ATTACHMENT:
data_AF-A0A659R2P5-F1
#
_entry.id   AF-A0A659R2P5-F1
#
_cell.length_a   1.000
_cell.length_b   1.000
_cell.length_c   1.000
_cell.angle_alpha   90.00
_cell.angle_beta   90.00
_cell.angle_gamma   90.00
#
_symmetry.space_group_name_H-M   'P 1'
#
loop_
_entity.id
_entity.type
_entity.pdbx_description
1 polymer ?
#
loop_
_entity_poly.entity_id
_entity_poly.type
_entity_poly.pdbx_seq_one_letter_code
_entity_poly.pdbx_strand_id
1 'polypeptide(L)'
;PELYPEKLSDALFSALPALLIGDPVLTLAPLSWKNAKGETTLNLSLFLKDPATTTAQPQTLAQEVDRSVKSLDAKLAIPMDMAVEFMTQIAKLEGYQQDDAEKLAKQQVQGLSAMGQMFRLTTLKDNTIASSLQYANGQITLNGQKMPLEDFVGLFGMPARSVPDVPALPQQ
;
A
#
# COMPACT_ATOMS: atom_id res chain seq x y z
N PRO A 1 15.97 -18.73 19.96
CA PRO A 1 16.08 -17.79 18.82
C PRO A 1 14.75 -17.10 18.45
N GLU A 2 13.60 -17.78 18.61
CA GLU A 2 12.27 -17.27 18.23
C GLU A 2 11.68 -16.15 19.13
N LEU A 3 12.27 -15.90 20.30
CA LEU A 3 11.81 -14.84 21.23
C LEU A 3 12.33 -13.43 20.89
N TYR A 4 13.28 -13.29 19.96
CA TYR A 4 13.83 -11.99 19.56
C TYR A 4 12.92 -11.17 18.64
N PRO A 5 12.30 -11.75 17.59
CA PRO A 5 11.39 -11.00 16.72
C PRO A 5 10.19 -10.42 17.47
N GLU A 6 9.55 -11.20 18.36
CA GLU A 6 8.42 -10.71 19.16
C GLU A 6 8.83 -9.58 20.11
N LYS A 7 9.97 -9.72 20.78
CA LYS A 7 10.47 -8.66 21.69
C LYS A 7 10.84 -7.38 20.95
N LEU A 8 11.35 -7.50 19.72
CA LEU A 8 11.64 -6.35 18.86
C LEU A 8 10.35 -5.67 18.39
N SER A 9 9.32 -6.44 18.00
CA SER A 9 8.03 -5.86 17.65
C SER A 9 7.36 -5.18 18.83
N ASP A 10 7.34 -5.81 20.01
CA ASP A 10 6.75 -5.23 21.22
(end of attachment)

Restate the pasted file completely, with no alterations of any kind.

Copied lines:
data_AF-A0A659R2P5-F1
#
_entry.id   AF-A0A659R2P5-F1
#
_cell.length_a   1.000
_cell.length_b   1.000
_cell.length_c   1.000
_cell.angle_alpha   90.00
_cell.angle_beta   90.00
_cell.angle_gamma   90.00
#
_symmetry.space_group_name_H-M   'P 1'
#
loop_
_entity.id
_entity.type
_entity.pdbx_description
1 polymer ?
#
loop_
_entity_poly.entity_id
_entity_poly.type
_entity_poly.pdbx_seq_one_letter_code
_entity_poly.pdbx_strand_id
1 'polypeptide(L)'
;PELYPEKLSDALFSALPALLIGDPVLTLAPLSWKNAKGETTLNLSLFLKDPATTTAQPQTLAQEVDRSVKSLDAKLAIPMDMAVEFMTQIAKLEGYQQDDAEKLAKQQVQGLSAMGQMFRLTTLKDNTIASSLQYANGQITLNGQKMPLEDFVGLFGMPARSVPDVPALPQQ
;
A
#
# COMPACT_ATOMS: atom_id res chain seq x y z
N PRO A 1 15.97 -18.73 19.96
CA PRO A 1 16.08 -17.79 18.82
C PRO A 1 14.75 -17.10 18.45
N GLU A 2 13.60 -17.78 18.61
CA GLU A 2 12.27 -17.27 18.23
C GLU A 2 11.68 -16.15 19.13
N LEU A 3 12.27 -15.90 20.30
CA LEU A 3 11.81 -14.84 21.23
C LEU A 3 12.33 -13.43 20.89
N TYR A 4 13.28 -13.29 19.96
CA TYR A 4 13.83 -11.99 19.56
C TYR A 4 12.92 -11.17 18.64
N PRO A 5 12.30 -11.75 17.59
CA PRO A 5 11.39 -11.00 16.72
C PRO A 5 10.19 -10.42 17.47
N GLU A 6 9.55 -11.20 18.36
CA GLU A 6 8.42 -10.71 19.16
C GLU A 6 8.83 -9.58 20.11
N LYS A 7 9.97 -9.72 20.78
CA LYS A 7 10.47 -8.66 21.69
C LYS A 7 10.84 -7.38 20.95
N LEU A 8 11.35 -7.50 19.72
CA LEU A 8 11.64 -6.35 18.86
C LEU A 8 10.35 -5.67 18.39
N SER A 9 9.32 -6.44 18.00
CA SER A 9 8.03 -5.86 17.65
C SER A 9 7.36 -5.18 18.83
N ASP A 10 7.34 -5.81 20.01
CA ASP A 10 6.75 -5.23 21.22